published: Friday, September 21, 2012
Reliving history through the pages of the South Lake Press
FROM THE FILES | 19 years ago -- 1993
NOTE: This week's column is a continuation of the history of Lake Sumter Community College in South Lake County.
Shortly after Dr. Robert Westrick became president of Lake Sumter Community College in 1993, he came to South Lake County talking about the college and how a second campus was going to be established in Sumter County.
The main campus was and still is in Leesburg. South Lake residents asked why Sumter, why not us? Find me 40 acres he said, and we will.
Contact with Daryl Carter of Maury Carter and Associates and Bob Mandell of Greater Construction brought two separate offers for land. The college chose the Carter property on land known as Skytop, where the campus now sits.
Those were exciting times here. South Lake Hospital had purchased 40 acres east of Citrus Tower Boulevard for its new hospital, and Shannon Elswick had come to town to build and run it.
The Carters were involved in development of Citrus Tower Boulevard and Hancock Road to service additional property it owned that included Summit Greens. The Carters also gave the hospital 10 acres towards a wellness center, and the hospital bought another 10 acres to enlarge that campus and began work on the National Training Center.
The hospital bought additional land for itself, and also bought 60 acres to hold for LSCC to have a 100-acre campus and become a 2+2 partner with the University of Central Florida. (That's to get a two-year degree at LSCC and the additional two-year Bachelor of Arts degree from UCF, all on the same campus.) The state repaid the hospital within the five years, four as I recollect.
The Carters donated another 27 acres to enlarge the college campus to 127 acres, and the wonderful 300-acre joint campus of the hospital and its facilities and the college and its facilities between Citrus Tower Boulevard and Hancock Road were cemented.
The hospital and college ran a joint major fund drive for the educational facilities at the hospital and the second story community room at the new LSCC building. State Rep. Everett Kelly was always a strong proponent of LSCC, both the main Leesburg campus and obtaining building funds for South Lake.
These were the days of mutual respect, cooperation and coordination with Elswick for the hospital, Carter for the landowners, Westrick for the college and Clermont City Manager Wayne Saunders and city council for the city. The goal: Make it the best that it can be.
The South Lake Citizens Advi-sory Committee held an open house to commemorate opening the new facility on July 26, 2001; 250 were hoped for, more than 400 came.
In about 2,000, during Lake County Days in Tallahassee, Dr. Westrick and I met with Rep. Daniel Webster, who was Speaker of the House and represented South Lake County, and the dream and money materialized for the 90,000 square foot three-story higher education building on campus, and plans for its grand opening on March 1, 2002.
Westrick had also dreamed of a regional library system. That dream was reignited and guided by current President Dr. Chuck Mojock. Three years ago, the 50,000 square foot, $12 million-plus new Cooper Memorial Library, where we now gather, became the third building on campus.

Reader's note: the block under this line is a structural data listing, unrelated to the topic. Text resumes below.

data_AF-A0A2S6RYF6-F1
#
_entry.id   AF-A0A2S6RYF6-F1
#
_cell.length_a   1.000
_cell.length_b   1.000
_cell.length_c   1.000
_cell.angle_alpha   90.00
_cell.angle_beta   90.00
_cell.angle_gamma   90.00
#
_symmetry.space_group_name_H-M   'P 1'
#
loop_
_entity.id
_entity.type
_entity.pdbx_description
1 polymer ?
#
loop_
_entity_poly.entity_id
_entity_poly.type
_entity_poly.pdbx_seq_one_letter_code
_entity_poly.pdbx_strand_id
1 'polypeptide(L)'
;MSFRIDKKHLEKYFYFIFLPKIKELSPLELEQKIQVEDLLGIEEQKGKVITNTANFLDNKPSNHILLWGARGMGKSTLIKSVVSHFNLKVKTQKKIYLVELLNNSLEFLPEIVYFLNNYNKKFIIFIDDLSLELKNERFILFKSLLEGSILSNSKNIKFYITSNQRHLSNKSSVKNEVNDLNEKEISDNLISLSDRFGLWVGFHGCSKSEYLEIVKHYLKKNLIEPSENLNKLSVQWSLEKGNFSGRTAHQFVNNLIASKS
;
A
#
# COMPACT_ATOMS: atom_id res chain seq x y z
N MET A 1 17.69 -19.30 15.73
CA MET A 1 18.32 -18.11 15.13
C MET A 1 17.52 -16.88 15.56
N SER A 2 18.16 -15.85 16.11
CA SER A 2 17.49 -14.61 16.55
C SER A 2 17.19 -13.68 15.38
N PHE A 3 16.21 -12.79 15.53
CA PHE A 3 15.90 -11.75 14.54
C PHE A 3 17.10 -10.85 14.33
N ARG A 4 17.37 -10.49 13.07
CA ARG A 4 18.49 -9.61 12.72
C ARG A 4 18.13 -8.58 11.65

This partnership included Lake County Library System, the State of Florida, Lake Sumter Community College, University of Central Florida, and substantial local donations through Friends of the Library and the Cooper Memorial Library Association.
One night, I dreamed of Café Dupee and volunteered to sponsor that popular spot on campus in memory of my husband, George.
LSCC is soon to become a state college offering four-year degrees. The trustees have a master plan for the physical growth of this campus.
An excellent education system is a must for any community's positive quality of life and economic growth. I encourage all of you to get involved and enjoy and enhance the opportunities available. We will be as good as we make it.
Friends say final good-byes to Dolores Vander Meer
-- Family and friends said a last good-bye to longtime Clermont resident Dolores Vander Meer at the South Lake Presbyterian Church on Sept. 8.
Remarks included her continued activity with the Clermont Garden Club, where she served as its president for two years from 1970 to 1972. And during those same two years, she was president of the South Lake Art League.
Her comment, "I have to stick close to do one so I might as well do both and get it over with." She did a superb job leading both organizations.
Garden Club member Martha Conley expressed her admiration for Vander Meer's artistic and innovative floral arranging talents.
"When I joined the garden club in 1976, Dolores was doing floral arrangements of dried leaves and plants. Most of us didn't even know what these plants were but she made then come alive in beautiful presentations."
Vander Meer won many ribbons in local, county and state flower shows.
She and her husband, Jay, who owned the Clermont Realty, were honored as the December 2002 at the South Lake Chamber's "Gem of the Hills" for their lifetime dedication to the community. Jay was a member of Clermont City Council, served for many years on the Lake County Planning and Zoning Board, and is still an active member of the local Lions Club.